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ISME J. 2015 Nov;9(11):2465-76. doi: 10.1038/ismej.2015.57. Epub 2015 Apr 24.

Forest harvesting reduces the soil metagenomic potential for biomass decomposition.

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Department of Microbiology and Immunology, Life Sciences Institute, University of British Columbia, Vancouver, British Columbia, Canada.
British Columbia Ministry of Forests, Lands and Natural Resource Operations, Victoria, British Columbia, Canada.
British Columbia Ministry of Forests, Lands, and Natural Resources Operations, Kamloops, British Columbia, Canada.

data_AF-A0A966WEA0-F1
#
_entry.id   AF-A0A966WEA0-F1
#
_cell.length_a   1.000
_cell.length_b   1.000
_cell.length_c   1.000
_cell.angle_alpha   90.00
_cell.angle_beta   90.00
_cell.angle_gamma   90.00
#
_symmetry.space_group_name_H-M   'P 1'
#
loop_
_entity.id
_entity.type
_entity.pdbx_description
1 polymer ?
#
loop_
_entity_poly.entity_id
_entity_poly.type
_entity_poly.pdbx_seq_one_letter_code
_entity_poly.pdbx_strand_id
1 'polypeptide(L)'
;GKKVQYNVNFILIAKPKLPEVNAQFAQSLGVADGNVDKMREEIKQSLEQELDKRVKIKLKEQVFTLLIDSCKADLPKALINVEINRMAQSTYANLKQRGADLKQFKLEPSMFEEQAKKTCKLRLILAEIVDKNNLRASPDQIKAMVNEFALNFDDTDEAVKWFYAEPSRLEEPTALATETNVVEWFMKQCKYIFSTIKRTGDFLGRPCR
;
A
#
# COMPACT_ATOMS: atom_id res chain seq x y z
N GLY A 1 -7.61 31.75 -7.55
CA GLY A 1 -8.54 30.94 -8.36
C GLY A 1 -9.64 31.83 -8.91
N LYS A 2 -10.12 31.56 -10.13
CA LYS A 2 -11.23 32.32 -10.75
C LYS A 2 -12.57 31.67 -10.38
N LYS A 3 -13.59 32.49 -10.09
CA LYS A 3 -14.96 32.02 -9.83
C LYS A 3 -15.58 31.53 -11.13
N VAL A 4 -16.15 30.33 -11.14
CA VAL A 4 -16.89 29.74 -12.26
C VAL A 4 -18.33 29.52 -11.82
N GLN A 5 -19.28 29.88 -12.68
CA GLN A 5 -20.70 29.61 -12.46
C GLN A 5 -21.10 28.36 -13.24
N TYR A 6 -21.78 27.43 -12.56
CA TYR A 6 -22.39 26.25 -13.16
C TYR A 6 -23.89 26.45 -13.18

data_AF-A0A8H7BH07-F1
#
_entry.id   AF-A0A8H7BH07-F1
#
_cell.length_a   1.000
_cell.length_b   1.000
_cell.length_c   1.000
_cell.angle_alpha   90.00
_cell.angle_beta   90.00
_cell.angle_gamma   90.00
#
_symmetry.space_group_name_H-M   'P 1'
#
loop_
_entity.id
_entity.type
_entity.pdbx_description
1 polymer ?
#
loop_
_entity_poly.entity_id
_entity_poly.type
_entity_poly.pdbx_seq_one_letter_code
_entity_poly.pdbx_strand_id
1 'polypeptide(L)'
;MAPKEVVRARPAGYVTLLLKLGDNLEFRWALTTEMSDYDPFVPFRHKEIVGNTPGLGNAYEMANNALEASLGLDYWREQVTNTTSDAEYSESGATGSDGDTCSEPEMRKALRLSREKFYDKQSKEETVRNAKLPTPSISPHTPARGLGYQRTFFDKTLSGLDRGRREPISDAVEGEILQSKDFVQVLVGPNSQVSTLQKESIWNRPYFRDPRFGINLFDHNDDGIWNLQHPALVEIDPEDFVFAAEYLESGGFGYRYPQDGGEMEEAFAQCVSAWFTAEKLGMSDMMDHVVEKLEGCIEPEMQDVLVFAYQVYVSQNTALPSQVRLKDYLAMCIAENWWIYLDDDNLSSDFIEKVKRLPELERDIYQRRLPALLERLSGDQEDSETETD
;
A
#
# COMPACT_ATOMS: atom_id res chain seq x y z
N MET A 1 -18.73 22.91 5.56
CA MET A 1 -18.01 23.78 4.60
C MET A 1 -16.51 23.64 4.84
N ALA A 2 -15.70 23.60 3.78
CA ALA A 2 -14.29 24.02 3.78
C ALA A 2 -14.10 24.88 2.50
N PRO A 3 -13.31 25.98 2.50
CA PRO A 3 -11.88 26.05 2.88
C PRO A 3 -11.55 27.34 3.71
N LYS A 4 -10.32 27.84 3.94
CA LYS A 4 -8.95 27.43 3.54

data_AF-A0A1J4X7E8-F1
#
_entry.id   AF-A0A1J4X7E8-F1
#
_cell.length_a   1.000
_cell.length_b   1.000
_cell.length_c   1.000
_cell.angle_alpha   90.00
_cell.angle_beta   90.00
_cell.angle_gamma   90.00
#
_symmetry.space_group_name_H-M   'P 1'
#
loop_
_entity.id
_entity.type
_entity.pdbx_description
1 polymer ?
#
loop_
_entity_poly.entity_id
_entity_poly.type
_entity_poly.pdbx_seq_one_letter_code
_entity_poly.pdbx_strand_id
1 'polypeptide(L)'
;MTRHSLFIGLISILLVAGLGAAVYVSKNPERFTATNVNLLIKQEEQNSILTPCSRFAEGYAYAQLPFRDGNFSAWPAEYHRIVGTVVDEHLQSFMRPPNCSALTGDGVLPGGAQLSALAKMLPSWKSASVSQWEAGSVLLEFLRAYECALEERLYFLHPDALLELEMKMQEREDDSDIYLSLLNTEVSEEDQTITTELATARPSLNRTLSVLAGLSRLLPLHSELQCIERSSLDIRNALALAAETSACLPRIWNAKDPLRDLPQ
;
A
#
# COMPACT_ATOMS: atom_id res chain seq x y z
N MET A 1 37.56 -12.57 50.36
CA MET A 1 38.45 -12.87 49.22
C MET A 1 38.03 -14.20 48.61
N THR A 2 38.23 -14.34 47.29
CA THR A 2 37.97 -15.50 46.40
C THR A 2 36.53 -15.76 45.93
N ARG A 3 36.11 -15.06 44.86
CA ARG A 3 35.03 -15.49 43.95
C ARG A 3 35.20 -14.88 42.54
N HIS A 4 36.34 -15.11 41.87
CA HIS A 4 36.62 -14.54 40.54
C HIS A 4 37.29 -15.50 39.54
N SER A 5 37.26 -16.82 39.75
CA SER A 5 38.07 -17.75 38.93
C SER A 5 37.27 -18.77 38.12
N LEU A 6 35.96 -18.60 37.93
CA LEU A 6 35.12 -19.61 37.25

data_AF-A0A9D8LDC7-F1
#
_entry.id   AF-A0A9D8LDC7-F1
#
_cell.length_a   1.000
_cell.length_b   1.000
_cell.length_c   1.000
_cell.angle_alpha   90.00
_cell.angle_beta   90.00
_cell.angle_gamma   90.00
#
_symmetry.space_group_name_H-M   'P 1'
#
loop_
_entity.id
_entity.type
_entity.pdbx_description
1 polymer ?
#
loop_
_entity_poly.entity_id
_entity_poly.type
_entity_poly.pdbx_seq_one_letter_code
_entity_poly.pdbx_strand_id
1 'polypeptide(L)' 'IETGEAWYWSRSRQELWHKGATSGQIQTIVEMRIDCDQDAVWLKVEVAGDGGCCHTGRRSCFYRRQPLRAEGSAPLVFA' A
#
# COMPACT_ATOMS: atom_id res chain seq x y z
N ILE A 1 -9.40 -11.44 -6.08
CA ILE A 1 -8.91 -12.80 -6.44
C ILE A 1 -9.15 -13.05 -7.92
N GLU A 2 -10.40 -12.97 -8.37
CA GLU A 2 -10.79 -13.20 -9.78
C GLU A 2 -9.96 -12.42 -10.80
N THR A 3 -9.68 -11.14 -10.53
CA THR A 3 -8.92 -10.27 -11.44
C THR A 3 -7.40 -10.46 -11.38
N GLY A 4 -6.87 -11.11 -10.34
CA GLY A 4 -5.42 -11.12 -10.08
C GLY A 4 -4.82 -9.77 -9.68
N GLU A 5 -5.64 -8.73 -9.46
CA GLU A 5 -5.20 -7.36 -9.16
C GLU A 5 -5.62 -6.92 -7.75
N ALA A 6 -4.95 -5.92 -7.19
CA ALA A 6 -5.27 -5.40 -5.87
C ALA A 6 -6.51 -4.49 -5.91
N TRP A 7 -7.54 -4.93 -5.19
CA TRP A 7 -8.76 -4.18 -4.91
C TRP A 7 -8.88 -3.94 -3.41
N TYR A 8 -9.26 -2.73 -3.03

Soil is the key resource that must be managed to ensure sustainable forest productivity. Soil microbial communities mediate numerous essential ecosystem functions, and recent studies show that forest harvesting alters soil community composition. From a long-term soil productivity study site in a temperate coniferous forest in British Columbia, 21 forest soil shotgun metagenomes were generated, totaling 187 Gb. A method to analyze unassembled metagenome reads from the complex community was optimized and validated. The subsequent metagenome analysis revealed that, 12 years after forest harvesting, there were 16% and 8% reductions in relative abundances of biomass decomposition genes in the organic and mineral soil layers, respectively. Organic and mineral soil layers differed markedly in genetic potential for biomass degradation, with the organic layer having greater potential and being more strongly affected by harvesting. Gene families were disproportionately affected, and we identified 41 gene families consistently affected by harvesting, including families involved in lignin, cellulose, hemicellulose and pectin degradation. The results strongly suggest that harvesting profoundly altered below-ground cycling of carbon and other nutrients at this site, with potentially important consequences for forest regeneration. Thus, it is important to determine whether these changes foreshadow long-term changes in forest productivity or resilience and whether these changes are broadly characteristic of harvested forests.

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